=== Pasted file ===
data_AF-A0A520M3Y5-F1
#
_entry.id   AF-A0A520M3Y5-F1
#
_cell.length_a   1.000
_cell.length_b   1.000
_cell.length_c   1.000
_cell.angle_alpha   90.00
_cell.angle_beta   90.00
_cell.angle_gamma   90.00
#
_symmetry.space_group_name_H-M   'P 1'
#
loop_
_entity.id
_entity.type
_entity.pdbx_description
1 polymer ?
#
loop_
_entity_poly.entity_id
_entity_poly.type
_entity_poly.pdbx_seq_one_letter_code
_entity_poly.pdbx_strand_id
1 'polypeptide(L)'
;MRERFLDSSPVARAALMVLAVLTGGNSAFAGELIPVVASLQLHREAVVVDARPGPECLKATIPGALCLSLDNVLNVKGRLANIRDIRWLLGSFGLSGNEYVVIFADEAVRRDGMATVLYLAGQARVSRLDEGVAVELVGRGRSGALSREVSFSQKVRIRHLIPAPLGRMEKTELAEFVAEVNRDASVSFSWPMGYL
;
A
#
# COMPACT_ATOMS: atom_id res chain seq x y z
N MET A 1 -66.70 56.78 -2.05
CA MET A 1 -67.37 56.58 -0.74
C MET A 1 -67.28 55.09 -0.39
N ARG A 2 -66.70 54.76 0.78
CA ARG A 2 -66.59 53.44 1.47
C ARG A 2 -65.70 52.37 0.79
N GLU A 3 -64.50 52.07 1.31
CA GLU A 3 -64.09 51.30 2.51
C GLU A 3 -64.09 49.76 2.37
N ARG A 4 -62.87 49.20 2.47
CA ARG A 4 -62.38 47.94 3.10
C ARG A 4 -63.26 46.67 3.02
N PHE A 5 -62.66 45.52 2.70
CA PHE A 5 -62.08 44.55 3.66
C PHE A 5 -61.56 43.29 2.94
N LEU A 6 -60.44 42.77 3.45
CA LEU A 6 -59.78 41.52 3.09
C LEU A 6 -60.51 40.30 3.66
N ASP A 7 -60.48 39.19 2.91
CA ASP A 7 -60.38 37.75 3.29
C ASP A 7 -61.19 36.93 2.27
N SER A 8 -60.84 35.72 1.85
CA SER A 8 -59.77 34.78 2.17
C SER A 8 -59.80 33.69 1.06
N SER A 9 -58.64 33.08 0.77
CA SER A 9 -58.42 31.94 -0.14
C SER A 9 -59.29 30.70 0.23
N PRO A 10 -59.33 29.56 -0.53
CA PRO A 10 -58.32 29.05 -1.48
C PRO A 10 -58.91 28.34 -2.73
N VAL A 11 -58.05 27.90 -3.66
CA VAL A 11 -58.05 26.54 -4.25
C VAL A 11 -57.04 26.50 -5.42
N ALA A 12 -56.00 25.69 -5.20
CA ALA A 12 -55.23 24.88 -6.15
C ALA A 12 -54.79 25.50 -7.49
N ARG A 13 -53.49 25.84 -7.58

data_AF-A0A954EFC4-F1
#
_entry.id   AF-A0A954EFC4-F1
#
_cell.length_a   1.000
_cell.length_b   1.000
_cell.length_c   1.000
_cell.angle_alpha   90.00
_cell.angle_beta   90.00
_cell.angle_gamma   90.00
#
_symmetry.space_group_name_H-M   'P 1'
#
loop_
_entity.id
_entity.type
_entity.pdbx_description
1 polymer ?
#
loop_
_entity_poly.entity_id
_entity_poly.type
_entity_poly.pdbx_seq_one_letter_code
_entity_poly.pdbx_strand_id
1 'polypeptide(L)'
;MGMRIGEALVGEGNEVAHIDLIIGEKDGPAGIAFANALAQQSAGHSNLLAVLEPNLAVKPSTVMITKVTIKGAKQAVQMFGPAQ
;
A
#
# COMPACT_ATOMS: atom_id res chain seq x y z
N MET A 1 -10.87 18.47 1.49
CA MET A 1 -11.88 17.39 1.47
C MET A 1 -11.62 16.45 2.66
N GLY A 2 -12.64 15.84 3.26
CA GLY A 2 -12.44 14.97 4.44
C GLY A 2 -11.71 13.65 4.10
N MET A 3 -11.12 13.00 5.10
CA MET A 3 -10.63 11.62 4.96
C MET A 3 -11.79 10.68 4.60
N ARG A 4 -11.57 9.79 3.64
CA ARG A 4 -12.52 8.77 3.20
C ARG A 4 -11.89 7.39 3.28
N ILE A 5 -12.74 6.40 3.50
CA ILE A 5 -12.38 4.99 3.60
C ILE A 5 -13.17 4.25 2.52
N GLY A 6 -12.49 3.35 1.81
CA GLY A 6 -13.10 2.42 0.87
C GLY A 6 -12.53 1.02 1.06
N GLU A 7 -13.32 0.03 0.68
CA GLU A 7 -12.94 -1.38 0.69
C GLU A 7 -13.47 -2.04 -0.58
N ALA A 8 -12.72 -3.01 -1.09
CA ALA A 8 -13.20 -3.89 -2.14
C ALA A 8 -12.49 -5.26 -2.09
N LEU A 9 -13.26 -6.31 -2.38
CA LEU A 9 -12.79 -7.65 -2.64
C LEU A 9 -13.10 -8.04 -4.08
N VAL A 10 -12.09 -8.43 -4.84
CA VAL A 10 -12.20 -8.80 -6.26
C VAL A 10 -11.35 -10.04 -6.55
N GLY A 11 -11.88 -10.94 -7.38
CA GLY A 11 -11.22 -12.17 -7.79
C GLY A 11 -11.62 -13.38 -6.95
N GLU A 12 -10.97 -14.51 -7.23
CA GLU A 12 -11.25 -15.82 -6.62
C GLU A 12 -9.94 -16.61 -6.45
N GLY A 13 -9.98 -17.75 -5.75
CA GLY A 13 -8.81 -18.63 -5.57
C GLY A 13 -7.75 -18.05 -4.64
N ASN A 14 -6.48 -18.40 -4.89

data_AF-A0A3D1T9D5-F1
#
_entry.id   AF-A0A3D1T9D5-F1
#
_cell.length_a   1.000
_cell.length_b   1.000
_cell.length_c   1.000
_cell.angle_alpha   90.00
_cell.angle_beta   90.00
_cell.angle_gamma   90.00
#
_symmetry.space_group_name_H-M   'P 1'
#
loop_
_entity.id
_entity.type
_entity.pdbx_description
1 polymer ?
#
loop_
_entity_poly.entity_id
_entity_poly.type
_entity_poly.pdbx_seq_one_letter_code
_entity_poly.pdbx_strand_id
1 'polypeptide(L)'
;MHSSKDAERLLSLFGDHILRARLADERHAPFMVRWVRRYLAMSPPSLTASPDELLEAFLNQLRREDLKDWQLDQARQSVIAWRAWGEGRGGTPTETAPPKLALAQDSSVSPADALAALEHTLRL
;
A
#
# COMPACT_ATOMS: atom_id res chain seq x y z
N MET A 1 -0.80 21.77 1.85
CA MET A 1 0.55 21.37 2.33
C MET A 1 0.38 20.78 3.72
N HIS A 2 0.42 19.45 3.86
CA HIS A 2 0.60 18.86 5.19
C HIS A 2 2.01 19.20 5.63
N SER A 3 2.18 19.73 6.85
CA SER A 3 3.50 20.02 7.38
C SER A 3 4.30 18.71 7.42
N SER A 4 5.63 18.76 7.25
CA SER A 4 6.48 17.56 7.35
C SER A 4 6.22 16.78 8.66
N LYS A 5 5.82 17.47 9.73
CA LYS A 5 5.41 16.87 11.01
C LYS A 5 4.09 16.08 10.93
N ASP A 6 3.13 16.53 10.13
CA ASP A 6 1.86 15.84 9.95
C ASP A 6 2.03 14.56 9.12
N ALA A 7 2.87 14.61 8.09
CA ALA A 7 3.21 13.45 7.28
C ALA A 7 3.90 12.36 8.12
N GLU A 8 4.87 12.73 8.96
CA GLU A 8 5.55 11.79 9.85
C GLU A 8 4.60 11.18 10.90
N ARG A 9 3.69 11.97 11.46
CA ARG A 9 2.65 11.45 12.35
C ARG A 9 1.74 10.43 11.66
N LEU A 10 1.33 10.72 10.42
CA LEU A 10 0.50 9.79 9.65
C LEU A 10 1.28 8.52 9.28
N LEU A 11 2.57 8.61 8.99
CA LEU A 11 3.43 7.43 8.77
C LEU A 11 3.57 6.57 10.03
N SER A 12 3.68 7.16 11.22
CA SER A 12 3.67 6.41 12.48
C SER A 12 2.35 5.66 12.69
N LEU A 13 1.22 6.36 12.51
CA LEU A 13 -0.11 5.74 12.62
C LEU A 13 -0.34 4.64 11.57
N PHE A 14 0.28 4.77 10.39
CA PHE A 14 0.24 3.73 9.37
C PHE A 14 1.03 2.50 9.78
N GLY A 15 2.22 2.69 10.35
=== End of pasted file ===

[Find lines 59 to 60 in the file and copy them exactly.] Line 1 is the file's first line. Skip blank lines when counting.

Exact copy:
CA PRO A 10 -58.32 29.05 -1.48
C PRO A 10 -58.91 28.34 -2.73